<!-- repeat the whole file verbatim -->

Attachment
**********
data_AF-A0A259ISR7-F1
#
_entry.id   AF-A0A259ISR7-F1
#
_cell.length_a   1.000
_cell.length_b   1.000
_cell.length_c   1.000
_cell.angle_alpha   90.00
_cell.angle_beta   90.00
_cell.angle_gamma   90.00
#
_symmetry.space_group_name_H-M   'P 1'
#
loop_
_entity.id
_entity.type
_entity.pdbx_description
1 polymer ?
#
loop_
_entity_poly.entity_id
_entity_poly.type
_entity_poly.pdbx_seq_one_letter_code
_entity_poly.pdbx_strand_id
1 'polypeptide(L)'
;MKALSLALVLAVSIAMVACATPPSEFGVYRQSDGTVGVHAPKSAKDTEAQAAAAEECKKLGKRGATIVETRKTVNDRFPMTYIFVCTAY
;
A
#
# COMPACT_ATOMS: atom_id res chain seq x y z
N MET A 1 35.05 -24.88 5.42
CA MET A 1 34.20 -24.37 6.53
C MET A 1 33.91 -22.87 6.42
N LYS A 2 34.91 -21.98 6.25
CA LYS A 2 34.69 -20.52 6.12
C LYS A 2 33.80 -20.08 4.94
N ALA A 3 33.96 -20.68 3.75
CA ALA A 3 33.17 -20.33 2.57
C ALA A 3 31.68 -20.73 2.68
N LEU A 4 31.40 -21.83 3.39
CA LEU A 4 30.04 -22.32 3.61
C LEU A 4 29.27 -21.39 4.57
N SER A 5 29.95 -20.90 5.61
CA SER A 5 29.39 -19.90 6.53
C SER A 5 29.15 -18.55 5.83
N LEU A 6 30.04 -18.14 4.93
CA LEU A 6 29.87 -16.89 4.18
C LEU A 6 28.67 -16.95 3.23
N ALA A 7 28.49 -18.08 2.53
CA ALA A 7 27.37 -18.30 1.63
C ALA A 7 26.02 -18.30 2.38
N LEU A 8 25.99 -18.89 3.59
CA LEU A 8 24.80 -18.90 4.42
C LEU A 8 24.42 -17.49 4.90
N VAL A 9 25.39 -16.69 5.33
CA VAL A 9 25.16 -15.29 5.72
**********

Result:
data_AF-A0A259ISR7-F1
#
_entry.id   AF-A0A259ISR7-F1
#
_cell.length_a   1.000
_cell.length_b   1.000
_cell.length_c   1.000
_cell.angle_alpha   90.00
_cell.angle_beta   90.00
_cell.angle_gamma   90.00
#
_symmetry.space_group_name_H-M   'P 1'
#
loop_
_entity.id
_entity.type
_entity.pdbx_description
1 polymer ?
#
loop_
_entity_poly.entity_id
_entity_poly.type
_entity_poly.pdbx_seq_one_letter_code
_entity_poly.pdbx_strand_id
1 'polypeptide(L)'
;MKALSLALVLAVSIAMVACATPPSEFGVYRQSDGTVGVHAPKSAKDTEAQAAAAEECKKLGKRGATIVETRKTVNDRFPMTYIFVCTAY
;
A
#
# COMPACT_ATOMS: atom_id res chain seq x y z
N MET A 1 35.05 -24.88 5.42
CA MET A 1 34.20 -24.37 6.53
C MET A 1 33.91 -22.87 6.42
N LYS A 2 34.91 -21.98 6.25
CA LYS A 2 34.69 -20.52 6.12
C LYS A 2 33.80 -20.08 4.94
N ALA A 3 33.96 -20.68 3.75
CA ALA A 3 33.17 -20.33 2.57
C ALA A 3 31.68 -20.73 2.68
N LEU A 4 31.40 -21.83 3.39
CA LEU A 4 30.04 -22.32 3.61
C LEU A 4 29.27 -21.39 4.57
N SER A 5 29.95 -20.90 5.61
CA SER A 5 29.39 -19.90 6.53
C SER A 5 29.15 -18.55 5.83
N LEU A 6 30.04 -18.14 4.93
CA LEU A 6 29.87 -16.89 4.18
C LEU A 6 28.67 -16.95 3.23
N ALA A 7 28.49 -18.08 2.53
CA ALA A 7 27.37 -18.30 1.63
C ALA A 7 26.02 -18.30 2.38
N LEU A 8 25.99 -18.89 3.59
CA LEU A 8 24.80 -18.90 4.42
C LEU A 8 24.42 -17.49 4.90
N VAL A 9 25.39 -16.69 5.33
CA VAL A 9 25.16 -15.29 5.72